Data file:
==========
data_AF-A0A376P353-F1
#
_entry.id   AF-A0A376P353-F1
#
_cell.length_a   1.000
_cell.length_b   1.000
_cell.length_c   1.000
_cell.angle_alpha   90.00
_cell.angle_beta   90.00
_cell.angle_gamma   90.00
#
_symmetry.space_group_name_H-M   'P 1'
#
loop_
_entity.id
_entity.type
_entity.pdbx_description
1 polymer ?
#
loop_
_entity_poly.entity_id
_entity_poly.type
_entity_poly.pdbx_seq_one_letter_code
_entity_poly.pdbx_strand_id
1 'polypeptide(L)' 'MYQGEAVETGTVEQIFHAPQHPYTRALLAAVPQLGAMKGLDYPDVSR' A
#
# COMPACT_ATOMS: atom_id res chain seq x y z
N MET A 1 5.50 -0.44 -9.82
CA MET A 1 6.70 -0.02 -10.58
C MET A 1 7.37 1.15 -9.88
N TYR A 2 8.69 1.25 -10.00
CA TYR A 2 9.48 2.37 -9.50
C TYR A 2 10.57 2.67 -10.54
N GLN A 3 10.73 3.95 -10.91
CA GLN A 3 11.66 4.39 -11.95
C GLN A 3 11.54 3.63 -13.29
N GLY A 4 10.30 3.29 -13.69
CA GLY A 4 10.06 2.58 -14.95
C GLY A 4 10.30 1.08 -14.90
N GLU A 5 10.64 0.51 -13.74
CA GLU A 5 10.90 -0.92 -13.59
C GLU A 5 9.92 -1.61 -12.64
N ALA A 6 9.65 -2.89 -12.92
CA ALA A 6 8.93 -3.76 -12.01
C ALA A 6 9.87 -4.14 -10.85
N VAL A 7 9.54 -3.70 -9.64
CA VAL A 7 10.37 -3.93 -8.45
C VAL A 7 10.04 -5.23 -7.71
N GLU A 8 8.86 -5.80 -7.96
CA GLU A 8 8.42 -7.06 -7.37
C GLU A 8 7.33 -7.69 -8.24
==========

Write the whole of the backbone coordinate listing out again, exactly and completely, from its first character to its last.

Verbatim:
data_AF-A0A376P353-F1
#
_entry.id   AF-A0A376P353-F1
#
_cell.length_a   1.000
_cell.length_b   1.000
_cell.length_c   1.000
_cell.angle_alpha   90.00
_cell.angle_beta   90.00
_cell.angle_gamma   90.00
#
_symmetry.space_group_name_H-M   'P 1'
#
loop_
_entity.id
_entity.type
_entity.pdbx_description
1 polymer ?
#
loop_
_entity_poly.entity_id
_entity_poly.type
_entity_poly.pdbx_seq_one_letter_code
_entity_poly.pdbx_strand_id
1 'polypeptide(L)' 'MYQGEAVETGTVEQIFHAPQHPYTRALLAAVPQLGAMKGLDYPDVSR' A
#
# COMPACT_ATOMS: atom_id res chain seq x y z
N MET A 1 5.50 -0.44 -9.82
CA MET A 1 6.70 -0.02 -10.58
C MET A 1 7.37 1.15 -9.88
N TYR A 2 8.69 1.25 -10.00
CA TYR A 2 9.48 2.37 -9.50
C TYR A 2 10.57 2.67 -10.54
N GLN A 3 10.73 3.95 -10.91
CA GLN A 3 11.66 4.39 -11.95
C GLN A 3 11.54 3.63 -13.29
N GLY A 4 10.30 3.29 -13.69
CA GLY A 4 10.06 2.58 -14.95
C GLY A 4 10.30 1.08 -14.90
N GLU A 5 10.64 0.51 -13.74
CA GLU A 5 10.90 -0.92 -13.59
C GLU A 5 9.92 -1.61 -12.64
N ALA A 6 9.65 -2.89 -12.92
CA ALA A 6 8.93 -3.76 -12.01
C ALA A 6 9.87 -4.14 -10.85
N VAL A 7 9.54 -3.70 -9.64
CA VAL A 7 10.37 -3.93 -8.45
C VAL A 7 10.04 -5.23 -7.71
N GLU A 8 8.86 -5.80 -7.96
CA GLU A 8 8.42 -7.06 -7.37
C GLU A 8 7.33 -7.69 -8.24